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Taking money overseas

Friday, January 11, 2008
Kim Wildman
You've organised your passport and visas, picked up the tickets and packed your bags. So are you ready to head off overseas? Not quite…Whether you are taking off for a quick break or embarking on a round-the-world adventure, you will need to sort out your finances before you board that plane.

Foreign currency
There's nothing worse than your first day in a new country without any local currency. So it's a good idea to exchange a small amount of money when you arrive for taxis, drinks and emergencies. Local currency can often be drawn from cash machines using your debit card or credit card. Just be aware that you will probably incur a handling fee. In general, the best hard currencies to travel with are US dollars and Euros as they are accepted in almost all countries. Be aware that exchange rates continually fluctuate and commissions vary from outlet to outlet, so shop around. Most airports, train stations and big hotels have exchange bureaux but tend to offer the least competitive rates. The best exchange rates are generally at banks.

Travellers cheques
In light of all the new high-tech alternatives, travellers cheques may seem old school but they are still a safe and convenient way to carry money abroad. What's more, they are accepted almost worldwide and can be replaced immediately if they are lost or stolen. You can order travellers cheques from banks and some building societies and travel agents before you go; just shop around for the best commission rates. Cheques are available in various currencies, though US dollars, British pounds or Euros are the easiest to cash. You should always keep a note of the serial numbers and the contact number for the issuer separate from the cheques so that they can be quickly and easily reported and replaced. Also, be aware that some out-of-the-way destinations may not accept travellers cheques, so do your homework.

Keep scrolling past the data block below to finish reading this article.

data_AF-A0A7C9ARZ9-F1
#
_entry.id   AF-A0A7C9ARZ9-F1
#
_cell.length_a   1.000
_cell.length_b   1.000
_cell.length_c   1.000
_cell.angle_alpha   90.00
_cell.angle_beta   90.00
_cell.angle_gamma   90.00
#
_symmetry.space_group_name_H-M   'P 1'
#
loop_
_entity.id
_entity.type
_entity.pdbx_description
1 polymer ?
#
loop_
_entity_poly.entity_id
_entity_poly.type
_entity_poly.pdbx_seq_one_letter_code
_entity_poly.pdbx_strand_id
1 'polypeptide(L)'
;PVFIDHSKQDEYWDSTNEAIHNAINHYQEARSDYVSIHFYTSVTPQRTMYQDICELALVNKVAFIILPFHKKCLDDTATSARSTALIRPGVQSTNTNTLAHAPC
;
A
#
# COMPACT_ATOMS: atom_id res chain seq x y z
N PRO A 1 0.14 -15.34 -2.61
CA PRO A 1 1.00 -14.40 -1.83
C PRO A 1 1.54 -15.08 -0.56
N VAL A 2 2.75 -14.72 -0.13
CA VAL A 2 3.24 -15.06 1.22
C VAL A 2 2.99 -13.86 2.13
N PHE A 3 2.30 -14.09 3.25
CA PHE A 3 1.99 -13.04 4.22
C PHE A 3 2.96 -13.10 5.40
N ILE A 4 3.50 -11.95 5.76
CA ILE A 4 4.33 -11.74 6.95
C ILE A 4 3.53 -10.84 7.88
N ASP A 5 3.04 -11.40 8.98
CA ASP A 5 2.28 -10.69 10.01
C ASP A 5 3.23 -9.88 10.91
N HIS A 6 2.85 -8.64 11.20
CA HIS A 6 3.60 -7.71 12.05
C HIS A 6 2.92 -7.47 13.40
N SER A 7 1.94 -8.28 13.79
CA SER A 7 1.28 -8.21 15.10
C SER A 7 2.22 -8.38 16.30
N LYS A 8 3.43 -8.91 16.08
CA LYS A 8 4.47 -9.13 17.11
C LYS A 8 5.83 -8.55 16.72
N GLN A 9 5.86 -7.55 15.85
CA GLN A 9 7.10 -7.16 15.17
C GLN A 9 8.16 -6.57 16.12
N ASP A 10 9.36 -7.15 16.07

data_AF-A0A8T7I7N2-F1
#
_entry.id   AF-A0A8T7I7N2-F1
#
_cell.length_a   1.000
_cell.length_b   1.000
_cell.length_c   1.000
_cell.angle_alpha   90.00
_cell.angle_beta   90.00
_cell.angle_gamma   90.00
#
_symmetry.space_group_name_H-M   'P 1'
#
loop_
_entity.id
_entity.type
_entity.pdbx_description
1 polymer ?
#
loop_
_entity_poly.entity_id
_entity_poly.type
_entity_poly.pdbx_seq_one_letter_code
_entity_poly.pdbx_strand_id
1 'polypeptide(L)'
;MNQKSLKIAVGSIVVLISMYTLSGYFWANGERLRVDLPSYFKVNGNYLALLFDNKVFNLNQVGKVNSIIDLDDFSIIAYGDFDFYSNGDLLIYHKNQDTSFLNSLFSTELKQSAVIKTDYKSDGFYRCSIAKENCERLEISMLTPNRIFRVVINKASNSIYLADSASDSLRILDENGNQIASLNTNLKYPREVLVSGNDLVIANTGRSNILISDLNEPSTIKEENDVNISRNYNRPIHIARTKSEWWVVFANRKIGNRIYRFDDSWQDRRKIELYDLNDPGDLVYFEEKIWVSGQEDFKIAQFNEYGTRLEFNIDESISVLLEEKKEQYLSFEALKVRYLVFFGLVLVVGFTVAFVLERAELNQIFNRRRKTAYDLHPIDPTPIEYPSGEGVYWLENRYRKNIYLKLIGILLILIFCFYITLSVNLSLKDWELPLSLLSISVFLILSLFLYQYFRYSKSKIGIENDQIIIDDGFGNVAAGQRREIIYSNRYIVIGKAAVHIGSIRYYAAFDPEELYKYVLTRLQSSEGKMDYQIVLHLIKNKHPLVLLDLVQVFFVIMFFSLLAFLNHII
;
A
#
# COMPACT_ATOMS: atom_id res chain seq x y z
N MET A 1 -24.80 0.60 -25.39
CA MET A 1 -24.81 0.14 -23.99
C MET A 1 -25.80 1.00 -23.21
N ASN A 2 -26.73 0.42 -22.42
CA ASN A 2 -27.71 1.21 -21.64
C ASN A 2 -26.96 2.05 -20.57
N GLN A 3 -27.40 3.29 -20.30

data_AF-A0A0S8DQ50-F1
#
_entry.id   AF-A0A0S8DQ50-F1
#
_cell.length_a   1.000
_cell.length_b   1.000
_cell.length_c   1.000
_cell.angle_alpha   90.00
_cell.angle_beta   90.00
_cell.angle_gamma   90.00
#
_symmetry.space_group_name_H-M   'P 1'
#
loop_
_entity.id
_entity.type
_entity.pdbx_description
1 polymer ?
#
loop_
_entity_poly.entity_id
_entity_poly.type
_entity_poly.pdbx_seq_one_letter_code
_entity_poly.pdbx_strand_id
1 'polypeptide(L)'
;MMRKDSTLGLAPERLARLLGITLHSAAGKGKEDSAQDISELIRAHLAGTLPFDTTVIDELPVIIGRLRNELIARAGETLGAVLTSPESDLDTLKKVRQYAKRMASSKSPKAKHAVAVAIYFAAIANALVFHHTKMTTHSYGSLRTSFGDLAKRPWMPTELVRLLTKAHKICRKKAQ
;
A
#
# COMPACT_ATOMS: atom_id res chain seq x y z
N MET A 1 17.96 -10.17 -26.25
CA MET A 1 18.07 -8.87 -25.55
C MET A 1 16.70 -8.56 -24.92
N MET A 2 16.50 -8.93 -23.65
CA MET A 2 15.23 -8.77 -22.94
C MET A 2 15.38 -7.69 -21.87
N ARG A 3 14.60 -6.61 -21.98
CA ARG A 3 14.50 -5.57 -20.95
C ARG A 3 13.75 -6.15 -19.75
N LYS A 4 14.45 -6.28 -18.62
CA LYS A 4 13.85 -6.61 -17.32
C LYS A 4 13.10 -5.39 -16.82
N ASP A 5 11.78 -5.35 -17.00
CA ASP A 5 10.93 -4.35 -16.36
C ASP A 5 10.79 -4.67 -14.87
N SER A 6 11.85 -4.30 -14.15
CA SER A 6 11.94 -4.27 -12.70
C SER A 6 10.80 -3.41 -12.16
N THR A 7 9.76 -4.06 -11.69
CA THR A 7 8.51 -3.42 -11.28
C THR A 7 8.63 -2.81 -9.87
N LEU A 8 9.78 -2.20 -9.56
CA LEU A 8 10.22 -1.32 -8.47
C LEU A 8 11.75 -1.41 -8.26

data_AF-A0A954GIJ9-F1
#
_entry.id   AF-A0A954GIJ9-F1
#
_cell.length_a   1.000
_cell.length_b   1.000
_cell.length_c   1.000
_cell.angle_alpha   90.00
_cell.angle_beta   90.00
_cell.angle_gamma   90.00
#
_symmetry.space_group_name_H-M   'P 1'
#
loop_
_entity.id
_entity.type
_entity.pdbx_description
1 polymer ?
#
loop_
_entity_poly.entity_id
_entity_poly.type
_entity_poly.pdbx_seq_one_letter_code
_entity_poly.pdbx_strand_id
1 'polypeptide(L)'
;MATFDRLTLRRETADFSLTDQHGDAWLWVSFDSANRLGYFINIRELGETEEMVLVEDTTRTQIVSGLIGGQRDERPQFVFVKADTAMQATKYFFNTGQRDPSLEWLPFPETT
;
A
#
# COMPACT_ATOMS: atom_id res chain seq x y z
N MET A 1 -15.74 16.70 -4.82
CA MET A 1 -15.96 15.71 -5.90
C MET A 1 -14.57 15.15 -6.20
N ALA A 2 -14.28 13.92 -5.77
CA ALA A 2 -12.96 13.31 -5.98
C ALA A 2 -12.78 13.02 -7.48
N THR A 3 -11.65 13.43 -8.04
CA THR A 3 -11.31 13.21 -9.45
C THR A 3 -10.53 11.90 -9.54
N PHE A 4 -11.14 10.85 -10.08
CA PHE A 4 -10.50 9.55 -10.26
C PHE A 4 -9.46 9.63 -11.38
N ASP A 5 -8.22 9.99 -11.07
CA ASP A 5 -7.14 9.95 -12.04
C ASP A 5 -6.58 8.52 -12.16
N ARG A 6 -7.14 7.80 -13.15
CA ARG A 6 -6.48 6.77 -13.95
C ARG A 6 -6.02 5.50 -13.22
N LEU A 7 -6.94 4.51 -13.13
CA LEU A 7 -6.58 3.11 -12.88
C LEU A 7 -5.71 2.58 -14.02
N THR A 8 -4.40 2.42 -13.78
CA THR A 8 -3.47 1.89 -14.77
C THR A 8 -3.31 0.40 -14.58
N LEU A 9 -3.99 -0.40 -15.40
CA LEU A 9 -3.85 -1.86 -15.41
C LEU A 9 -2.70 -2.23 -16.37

Credit cards
It is always a good idea to take a credit card — they're useful in emergencies and allow you to pay for expensive items such as flights, accommodation and car hire without carrying huge wads of cash. However, it is worth keeping in mind that you will incur charges for withdrawing cash on your credit card at ATMs. Also, interest rates for cash withdrawals are higher than standard purchases and interest is charged as soon as you withdraw the money from the machine. Purchases on your card will also be subject to currency exchange rates and possibly additional charges, so check with your issuer before you leave.

Black markets
Many countries have flourishing black markets in currency exchange. Changing money on the street, however, is extremely risky. Not only is it illegal but they are run by professional thieves who are adept at swindling unsuspecting tourists. In any case, the rates they offer are rarely better than the banks.

Keep your cash safe
Travellers are easy targets for pickpockets and thieves. Use a money belt to keep large sums of cash and travellers cheques in. Wear this under your clothes, though don't draw attention to it by continually reaching into it. Instead, carry enough money in a small money pouch to cover all incidental daily expenses. The best advice when it comes to taking money overseas is not to put all your eggs in one basket — take a mixture of options such as a credit card, some cash and perhaps some travellers cheques. Make sure you have enough money to cover emergencies and whatever you do, don't keep all your money in the one place!

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